Structural Unemployment vs. Frictional Unemployment
|Basis||Structural Unemployment||Frictional Unemployment|
|Definition||It occurs because of the mismatch between workers’ skills and job requirements.||It happens because of temporary job transitions, such as when workers leave one job searching for another.|
|Duration||Long-term, chronic unemployment can persist even during periods of economic growth.||Short-term, temporary unemployment is a normal part of the job search process.|
|Causes||Long-term changes in the economy, such as technological advancements, shifts in consumer demand, or changes in the structure of industries.||Temporary job transitions include workers moving to a new location or changing careers.|
|Impact on Workers||Workers may need to acquire new skills or qualifications to adapt to the changing economy, which can be difficult and time-consuming.||Workers may experience temporary periods of unemployment while they search for a new job but are typically able to find employment relatively quickly.|
|Policy Responses||Investment in education and training programs to help workers develop new skills.||Programs to assist workers in finding new job opportunities, such as job training and career counseling.|
Structural Unemployment Graph
The structural unemployment graph represents the industrial wage on the y-axis while representing the labor force on the x-axis. The graph helps us understand the dynamics of labor demand and supply, which play a significant role in the unemployment rate.
Demand for Labor: The downward slope indicates the demand for labor curve, which states employers demand less labor as the wage rate increases. It means employers hire fewer workers as the wage rate goes up.
Supply of Labor: The upward slope of the graph represents the supply of labor curve, indicating that more workers prefer employment opportunities with increasing wage rates. It suggests that more workers are willing to work as the wage rate increases.
Equilibrium Wage Rate and Quantity of Labor: The intersection point of the demand and supply curves on the graph determines the equilibrium wage rate and quantity of labor. It means that the wage rate and the number of workers hired to reach a balance point where the labor market is in equilibrium.
Imbalance in Demand and Supply: An imbalance between the demand and supply curves creates a labor surplus, leading to unemployment. The labor surplus is the distance between the quantity of labor supplied, and the quantity demanded at the prevailing wage rate. This surplus is the reason for structural unemployment.
Types of Structural Unemployment
- Technological unemployment: It occurs when technological advancements replace workers, rendering their skills obsolete.
- Occupational immobility: It occurs when employees are unable or unwilling to relocate to areas where jobs are available due to family ties or other personal reasons.
- Mismatch in education and training: This occurs when workers lack the necessary education or training to perform the available jobs.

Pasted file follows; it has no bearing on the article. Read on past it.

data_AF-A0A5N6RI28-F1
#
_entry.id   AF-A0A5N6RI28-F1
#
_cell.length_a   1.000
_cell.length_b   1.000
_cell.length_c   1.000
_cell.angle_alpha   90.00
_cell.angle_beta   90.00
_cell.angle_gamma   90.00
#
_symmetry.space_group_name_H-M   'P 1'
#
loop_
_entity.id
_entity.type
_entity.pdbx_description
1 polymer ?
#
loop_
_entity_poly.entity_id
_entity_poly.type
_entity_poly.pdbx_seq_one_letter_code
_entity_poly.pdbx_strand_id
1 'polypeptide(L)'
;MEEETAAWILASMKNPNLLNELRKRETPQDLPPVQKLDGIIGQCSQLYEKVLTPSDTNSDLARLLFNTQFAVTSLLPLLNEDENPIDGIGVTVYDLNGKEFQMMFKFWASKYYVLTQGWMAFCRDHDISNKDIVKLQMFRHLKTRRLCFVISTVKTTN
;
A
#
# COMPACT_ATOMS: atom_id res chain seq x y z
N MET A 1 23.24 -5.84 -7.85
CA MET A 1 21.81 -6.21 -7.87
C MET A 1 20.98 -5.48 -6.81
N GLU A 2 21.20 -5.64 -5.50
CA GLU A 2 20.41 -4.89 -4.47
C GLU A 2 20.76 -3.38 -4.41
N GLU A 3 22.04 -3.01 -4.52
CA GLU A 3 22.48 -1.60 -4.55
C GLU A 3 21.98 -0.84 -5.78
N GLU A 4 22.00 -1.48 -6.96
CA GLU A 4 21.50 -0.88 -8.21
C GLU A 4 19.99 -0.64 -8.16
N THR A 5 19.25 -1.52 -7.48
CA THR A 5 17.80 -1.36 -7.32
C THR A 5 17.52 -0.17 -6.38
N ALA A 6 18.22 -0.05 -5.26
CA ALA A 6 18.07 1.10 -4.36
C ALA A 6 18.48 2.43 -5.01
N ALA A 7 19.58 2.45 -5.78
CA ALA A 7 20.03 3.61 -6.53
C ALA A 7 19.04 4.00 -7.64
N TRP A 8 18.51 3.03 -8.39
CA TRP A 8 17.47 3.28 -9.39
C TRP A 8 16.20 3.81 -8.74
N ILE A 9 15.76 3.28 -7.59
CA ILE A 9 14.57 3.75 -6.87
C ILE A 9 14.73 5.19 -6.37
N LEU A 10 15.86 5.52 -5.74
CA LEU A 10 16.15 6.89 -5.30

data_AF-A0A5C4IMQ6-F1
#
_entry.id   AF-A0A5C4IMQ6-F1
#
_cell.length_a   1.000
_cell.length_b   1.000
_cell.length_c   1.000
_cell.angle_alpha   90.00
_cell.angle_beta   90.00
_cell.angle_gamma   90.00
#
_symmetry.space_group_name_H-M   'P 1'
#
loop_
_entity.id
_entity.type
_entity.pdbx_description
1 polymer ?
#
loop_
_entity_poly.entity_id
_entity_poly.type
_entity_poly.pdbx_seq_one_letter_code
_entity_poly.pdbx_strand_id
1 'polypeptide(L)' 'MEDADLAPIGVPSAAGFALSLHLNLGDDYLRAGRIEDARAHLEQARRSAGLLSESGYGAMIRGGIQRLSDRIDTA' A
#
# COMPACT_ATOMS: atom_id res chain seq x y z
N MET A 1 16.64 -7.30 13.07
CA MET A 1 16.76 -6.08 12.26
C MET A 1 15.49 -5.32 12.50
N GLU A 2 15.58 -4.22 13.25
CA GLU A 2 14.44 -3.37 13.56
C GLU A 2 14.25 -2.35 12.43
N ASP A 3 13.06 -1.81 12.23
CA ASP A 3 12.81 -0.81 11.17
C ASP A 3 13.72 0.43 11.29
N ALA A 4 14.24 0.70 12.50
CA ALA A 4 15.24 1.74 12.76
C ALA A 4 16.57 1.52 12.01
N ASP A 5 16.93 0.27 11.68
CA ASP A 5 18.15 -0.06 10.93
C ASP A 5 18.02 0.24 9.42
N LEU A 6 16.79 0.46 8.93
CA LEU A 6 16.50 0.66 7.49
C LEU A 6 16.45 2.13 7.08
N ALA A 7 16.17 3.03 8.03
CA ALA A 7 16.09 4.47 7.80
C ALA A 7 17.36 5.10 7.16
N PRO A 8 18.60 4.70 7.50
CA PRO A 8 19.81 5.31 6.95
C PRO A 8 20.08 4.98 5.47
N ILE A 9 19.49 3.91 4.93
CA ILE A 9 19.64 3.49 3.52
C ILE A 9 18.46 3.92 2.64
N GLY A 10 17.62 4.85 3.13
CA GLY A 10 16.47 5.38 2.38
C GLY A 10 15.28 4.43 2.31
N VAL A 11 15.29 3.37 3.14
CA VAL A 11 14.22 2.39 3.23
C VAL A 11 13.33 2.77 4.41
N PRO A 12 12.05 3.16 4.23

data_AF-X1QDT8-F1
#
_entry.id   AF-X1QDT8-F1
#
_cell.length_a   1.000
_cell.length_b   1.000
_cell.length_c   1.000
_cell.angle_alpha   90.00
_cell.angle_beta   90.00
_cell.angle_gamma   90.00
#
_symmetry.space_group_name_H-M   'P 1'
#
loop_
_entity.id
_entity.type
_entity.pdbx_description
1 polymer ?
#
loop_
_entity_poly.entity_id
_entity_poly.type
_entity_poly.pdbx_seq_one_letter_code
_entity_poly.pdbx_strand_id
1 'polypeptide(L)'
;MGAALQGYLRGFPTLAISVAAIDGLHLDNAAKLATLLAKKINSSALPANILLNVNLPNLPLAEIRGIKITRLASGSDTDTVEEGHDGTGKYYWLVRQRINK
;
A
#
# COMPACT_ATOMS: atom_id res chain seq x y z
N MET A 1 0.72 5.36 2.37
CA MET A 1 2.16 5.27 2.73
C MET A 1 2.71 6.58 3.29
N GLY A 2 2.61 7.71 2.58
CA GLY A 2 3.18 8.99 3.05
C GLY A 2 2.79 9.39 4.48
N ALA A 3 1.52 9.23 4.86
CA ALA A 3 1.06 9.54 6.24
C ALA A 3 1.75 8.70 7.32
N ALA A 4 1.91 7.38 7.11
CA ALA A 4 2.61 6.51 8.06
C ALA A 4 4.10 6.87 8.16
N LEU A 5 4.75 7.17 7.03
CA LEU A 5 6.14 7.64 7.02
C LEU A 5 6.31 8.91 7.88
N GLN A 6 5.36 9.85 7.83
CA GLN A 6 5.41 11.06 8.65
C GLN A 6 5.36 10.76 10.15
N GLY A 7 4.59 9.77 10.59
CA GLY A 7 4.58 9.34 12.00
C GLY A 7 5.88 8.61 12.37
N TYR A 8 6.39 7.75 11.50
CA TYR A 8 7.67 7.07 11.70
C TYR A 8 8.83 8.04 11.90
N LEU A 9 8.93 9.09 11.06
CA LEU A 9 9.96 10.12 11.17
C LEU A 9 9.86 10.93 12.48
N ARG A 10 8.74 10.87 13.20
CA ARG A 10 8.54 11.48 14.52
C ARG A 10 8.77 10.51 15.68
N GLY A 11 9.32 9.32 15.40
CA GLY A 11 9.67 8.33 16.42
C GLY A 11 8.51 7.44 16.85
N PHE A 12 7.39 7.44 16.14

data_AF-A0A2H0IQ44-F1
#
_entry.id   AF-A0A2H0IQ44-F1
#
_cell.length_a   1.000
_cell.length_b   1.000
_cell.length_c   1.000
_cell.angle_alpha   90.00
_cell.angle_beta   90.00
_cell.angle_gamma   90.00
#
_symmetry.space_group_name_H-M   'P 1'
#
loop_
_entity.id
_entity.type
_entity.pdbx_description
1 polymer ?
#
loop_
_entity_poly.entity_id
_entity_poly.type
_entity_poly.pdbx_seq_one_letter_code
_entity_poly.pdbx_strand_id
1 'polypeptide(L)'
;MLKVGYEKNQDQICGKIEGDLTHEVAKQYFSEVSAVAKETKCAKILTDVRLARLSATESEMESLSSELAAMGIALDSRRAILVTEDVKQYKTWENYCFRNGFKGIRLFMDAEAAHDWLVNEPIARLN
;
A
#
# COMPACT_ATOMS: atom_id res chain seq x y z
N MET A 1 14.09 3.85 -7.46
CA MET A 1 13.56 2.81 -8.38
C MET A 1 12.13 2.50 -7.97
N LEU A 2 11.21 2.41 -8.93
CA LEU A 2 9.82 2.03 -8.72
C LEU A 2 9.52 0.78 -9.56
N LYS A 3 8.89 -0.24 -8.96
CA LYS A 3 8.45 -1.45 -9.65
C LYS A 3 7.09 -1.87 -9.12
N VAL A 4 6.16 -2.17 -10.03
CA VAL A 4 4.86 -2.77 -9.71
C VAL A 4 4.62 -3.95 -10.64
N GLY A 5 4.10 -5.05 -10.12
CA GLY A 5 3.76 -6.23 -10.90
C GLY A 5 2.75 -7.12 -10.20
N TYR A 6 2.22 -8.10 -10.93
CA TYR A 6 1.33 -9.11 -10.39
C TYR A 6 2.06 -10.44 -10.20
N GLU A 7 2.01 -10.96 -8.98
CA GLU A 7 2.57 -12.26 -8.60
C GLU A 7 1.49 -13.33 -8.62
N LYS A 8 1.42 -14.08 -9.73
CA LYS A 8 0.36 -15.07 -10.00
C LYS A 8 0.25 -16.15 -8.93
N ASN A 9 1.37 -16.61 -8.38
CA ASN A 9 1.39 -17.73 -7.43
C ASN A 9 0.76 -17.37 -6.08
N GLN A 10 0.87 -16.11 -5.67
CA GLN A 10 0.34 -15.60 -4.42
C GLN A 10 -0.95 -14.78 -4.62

- Geographic mismatch: This occurs when there is a lack of job opportunities in one area, resulting in unemployment.
- Discrimination: When employers discriminate against specific groups of people, such as women or minorities, they lack job opportunities for those groups.
Structural unemployment is long-lasting and usually requires a radical change by the government to reverse it. Technological advances are one of the primary reasons, and upskilling can help an individual survive the impact of it.
Frequently Asked Questions (FAQs)
Q1. What are the consequences of structural unemployment?
Answer: Structural unemployment can have severe economic and social consequences. Some significant effects are slower economic growth, greater income inequality, and lower social mobility.
Q2. What is structural vs. cyclical unemployment?
Answer: Structural unemployment occurs due to an imbalance in an employee’s skills and the employer’s demand. For instance, a company requires a senior-level analyst, but the applicant’s skillset consists of entry-level data entry skills.
On the other hand, cyclical unemployment is the lack of jobs in a country because of fluctuations in the economy’s business cycle. For example, a nation experiencing a recession will lead to increased layoffs and, thus, cyclical unemployment.
Q3. Is structural unemployment a short-term or long-term problem?
Answer: Structural unemployment is usually a long-term problem. It takes time for workers to learn new skills or for the labor market to adjust to changes in demand for specific skills. Therefore, structure-based unemployment can last for years.
Q4. How does structural unemployment affect different demographic groups?
Answer: Structural unemployment affects different groups of people differently. Women, minorities, and individuals with lower levels of education face additional barriers to finding work. These groups may experience more significant challenges accessing education and training programs or face discrimination in the hiring process. Addressing these disparities through policy solutions can reduce the impact of unemployment on these groups and promote more significant equity in the labor market.